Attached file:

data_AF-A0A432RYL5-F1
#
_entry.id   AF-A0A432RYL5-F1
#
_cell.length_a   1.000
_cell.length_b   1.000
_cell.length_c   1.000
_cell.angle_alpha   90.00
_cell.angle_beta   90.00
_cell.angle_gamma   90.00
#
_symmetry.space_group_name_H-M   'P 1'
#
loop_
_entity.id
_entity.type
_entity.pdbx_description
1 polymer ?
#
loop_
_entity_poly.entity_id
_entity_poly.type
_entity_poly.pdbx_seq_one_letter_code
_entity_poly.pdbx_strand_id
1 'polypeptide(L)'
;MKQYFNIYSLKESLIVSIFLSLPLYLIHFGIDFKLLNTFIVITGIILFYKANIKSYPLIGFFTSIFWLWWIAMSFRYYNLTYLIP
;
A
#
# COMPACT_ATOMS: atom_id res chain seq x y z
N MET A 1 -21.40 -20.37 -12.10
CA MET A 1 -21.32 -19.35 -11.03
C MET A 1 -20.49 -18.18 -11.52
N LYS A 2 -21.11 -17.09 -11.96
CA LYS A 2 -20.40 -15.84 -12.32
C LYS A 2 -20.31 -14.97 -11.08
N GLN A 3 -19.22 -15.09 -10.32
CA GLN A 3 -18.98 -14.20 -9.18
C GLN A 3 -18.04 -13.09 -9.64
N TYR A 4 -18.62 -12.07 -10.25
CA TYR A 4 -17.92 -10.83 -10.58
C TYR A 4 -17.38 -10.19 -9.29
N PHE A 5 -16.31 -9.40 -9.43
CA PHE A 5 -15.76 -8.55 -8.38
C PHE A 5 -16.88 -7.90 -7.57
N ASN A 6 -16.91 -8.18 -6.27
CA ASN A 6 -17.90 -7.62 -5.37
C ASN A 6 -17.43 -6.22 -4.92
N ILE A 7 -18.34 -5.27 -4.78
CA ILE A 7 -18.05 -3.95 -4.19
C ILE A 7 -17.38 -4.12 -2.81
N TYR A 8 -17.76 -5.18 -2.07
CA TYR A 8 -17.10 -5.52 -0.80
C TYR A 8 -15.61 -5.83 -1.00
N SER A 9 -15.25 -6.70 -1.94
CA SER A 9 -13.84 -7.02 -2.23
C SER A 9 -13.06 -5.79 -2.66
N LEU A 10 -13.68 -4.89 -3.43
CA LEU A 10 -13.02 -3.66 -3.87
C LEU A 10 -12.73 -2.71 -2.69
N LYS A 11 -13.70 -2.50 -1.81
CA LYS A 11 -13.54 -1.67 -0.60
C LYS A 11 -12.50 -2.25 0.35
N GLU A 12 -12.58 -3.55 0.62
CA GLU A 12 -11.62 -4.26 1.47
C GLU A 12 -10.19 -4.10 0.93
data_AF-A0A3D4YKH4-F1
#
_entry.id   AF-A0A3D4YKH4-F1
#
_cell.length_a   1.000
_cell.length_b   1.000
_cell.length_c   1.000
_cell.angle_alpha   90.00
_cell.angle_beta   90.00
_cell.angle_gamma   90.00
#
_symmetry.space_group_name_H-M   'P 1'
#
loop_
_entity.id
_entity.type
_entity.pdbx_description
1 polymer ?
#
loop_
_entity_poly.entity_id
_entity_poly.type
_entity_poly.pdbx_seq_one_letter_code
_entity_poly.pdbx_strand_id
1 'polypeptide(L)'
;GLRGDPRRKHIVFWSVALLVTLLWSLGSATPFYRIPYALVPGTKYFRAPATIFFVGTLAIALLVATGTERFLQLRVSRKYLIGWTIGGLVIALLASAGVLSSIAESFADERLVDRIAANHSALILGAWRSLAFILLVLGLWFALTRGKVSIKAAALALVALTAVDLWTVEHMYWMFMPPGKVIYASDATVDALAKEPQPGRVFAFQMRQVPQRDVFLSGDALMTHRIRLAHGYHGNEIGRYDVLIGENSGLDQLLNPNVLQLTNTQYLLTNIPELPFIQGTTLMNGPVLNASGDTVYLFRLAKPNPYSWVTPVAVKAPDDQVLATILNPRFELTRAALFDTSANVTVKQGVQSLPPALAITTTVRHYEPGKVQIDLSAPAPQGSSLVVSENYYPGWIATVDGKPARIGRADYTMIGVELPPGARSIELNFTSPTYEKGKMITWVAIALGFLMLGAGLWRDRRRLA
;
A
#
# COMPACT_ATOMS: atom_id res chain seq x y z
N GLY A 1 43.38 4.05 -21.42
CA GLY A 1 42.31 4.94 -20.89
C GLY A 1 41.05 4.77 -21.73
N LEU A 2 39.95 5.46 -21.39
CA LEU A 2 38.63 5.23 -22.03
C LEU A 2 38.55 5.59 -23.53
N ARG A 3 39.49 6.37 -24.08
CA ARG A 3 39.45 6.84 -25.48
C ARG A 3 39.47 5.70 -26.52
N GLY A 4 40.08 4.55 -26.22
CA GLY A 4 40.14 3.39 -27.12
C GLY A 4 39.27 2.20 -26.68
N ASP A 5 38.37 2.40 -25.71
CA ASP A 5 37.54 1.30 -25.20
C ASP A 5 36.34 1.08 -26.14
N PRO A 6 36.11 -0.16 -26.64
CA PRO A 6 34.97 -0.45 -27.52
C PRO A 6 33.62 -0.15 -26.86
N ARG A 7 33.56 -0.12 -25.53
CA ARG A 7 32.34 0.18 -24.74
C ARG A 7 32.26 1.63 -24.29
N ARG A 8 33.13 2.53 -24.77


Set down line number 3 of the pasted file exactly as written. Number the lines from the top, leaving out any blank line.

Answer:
_entry.id   AF-A0A432RYL5-F1